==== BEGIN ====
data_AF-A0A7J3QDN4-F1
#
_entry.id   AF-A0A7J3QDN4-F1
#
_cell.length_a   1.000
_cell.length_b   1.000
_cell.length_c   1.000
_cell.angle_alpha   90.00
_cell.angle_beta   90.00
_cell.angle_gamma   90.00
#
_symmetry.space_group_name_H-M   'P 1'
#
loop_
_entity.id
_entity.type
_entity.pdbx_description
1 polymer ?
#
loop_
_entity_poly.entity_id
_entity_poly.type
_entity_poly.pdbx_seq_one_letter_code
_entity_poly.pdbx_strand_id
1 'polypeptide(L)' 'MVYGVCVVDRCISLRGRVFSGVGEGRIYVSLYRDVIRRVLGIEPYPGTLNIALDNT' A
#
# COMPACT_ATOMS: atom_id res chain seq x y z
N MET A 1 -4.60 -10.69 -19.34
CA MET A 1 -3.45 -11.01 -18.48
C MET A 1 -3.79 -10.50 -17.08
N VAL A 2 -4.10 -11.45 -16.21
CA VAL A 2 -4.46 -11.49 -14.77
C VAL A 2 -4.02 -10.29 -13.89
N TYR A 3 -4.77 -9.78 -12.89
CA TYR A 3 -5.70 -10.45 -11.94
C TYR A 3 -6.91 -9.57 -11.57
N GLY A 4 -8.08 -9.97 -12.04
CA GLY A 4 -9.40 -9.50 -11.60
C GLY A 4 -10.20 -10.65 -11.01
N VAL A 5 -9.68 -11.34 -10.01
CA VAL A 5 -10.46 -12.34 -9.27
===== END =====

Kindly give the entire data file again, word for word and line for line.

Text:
data_AF-A0A7J3QDN4-F1
#
_entry.id   AF-A0A7J3QDN4-F1
#
_cell.length_a   1.000
_cell.length_b   1.000
_cell.length_c   1.000
_cell.angle_alpha   90.00
_cell.angle_beta   90.00
_cell.angle_gamma   90.00
#
_symmetry.space_group_name_H-M   'P 1'
#
loop_
_entity.id
_entity.type
_entity.pdbx_description
1 polymer ?
#
loop_
_entity_poly.entity_id
_entity_poly.type
_entity_poly.pdbx_seq_one_letter_code
_entity_poly.pdbx_strand_id
1 'polypeptide(L)' 'MVYGVCVVDRCISLRGRVFSGVGEGRIYVSLYRDVIRRVLGIEPYPGTLNIALDNT' A
#
# COMPACT_ATOMS: atom_id res chain seq x y z
N MET A 1 -4.60 -10.69 -19.34
CA MET A 1 -3.45 -11.01 -18.48
C MET A 1 -3.79 -10.50 -17.08
N VAL A 2 -4.10 -11.45 -16.21
CA VAL A 2 -4.46 -11.49 -14.77
C VAL A 2 -4.02 -10.29 -13.89
N TYR A 3 -4.77 -9.78 -12.89
CA TYR A 3 -5.70 -10.45 -11.94
C TYR A 3 -6.91 -9.57 -11.57
N GLY A 4 -8.08 -9.97 -12.04
CA GLY A 4 -9.40 -9.50 -11.60
C GLY A 4 -10.20 -10.65 -11.01
N VAL A 5 -9.68 -11.34 -10.01
CA VAL A 5 -10.46 -12.34 -9.27